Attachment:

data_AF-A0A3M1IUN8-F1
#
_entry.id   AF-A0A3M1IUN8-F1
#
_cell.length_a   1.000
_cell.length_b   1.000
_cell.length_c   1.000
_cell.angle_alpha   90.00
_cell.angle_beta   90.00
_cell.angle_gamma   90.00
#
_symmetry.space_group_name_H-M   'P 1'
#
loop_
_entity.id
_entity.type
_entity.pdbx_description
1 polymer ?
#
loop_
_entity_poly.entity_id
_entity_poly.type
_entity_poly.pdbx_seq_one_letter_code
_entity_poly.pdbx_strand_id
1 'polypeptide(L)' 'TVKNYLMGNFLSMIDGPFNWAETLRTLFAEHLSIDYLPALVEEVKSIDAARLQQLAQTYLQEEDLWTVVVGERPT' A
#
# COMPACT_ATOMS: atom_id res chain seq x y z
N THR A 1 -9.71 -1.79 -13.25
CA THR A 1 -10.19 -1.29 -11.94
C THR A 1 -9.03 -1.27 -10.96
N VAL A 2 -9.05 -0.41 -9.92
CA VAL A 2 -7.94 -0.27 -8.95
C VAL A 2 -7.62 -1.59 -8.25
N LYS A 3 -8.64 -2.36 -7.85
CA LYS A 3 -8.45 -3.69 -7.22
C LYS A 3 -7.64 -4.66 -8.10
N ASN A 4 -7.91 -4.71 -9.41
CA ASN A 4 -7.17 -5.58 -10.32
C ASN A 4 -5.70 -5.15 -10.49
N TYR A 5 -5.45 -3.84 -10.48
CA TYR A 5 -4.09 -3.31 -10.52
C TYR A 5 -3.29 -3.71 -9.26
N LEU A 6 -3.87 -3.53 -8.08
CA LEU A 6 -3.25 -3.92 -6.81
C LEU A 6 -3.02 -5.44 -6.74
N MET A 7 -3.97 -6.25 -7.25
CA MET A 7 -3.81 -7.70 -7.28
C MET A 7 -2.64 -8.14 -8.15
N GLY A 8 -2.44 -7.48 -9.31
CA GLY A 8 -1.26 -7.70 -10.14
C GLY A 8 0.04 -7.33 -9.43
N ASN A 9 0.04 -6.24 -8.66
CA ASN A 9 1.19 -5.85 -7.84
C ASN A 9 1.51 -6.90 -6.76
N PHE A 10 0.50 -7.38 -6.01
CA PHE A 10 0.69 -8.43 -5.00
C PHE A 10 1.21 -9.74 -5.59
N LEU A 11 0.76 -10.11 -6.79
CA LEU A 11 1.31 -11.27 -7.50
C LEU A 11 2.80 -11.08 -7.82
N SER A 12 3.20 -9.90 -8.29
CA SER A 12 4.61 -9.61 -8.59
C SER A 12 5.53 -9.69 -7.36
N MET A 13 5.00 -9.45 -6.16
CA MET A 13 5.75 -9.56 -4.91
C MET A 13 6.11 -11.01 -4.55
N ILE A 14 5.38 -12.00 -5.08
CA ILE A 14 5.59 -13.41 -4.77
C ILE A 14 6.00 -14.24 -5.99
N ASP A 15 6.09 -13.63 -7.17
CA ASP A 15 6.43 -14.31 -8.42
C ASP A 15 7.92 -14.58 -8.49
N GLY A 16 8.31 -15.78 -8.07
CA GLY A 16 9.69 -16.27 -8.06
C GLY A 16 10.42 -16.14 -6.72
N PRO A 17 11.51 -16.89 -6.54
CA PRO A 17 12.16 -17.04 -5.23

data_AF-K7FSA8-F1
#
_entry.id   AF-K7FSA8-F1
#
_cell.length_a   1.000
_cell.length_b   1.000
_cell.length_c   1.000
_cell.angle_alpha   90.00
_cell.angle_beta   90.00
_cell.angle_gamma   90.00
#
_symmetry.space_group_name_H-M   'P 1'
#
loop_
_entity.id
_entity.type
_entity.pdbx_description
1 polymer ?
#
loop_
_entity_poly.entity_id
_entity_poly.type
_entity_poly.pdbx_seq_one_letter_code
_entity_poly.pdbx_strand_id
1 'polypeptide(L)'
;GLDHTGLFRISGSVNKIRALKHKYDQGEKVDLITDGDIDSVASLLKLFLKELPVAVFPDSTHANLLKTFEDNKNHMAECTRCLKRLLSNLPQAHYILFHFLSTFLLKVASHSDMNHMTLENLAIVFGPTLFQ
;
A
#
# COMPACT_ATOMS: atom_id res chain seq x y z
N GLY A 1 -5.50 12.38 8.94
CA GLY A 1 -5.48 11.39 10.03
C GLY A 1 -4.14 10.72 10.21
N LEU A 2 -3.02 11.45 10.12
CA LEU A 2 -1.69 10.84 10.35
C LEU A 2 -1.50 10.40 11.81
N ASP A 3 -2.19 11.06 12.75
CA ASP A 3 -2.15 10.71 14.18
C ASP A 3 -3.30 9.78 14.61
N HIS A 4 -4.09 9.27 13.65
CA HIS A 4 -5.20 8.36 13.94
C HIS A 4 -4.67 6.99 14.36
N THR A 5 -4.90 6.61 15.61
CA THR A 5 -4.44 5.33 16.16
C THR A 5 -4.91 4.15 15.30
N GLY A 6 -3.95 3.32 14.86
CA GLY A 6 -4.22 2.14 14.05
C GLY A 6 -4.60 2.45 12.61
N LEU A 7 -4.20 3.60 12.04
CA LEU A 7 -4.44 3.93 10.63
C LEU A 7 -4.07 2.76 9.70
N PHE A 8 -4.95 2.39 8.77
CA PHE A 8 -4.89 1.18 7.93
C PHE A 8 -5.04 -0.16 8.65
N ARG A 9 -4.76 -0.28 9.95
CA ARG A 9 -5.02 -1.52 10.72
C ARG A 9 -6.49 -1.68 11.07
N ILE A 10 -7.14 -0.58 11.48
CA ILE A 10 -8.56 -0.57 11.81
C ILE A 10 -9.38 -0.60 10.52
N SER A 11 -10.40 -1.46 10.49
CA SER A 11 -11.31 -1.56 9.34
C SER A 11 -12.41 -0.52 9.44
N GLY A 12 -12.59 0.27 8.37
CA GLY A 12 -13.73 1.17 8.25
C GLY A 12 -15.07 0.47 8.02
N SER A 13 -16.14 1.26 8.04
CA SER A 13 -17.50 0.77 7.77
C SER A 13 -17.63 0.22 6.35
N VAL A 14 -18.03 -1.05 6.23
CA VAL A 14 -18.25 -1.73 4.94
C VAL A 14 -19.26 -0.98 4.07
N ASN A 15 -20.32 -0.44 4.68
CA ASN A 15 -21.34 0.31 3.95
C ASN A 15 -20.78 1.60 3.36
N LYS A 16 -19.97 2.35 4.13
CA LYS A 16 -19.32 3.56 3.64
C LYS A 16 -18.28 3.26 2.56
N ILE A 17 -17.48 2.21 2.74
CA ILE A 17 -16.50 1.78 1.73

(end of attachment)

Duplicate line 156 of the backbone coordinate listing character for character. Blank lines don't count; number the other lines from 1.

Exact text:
N ILE A 17 -17.48 2.21 2.74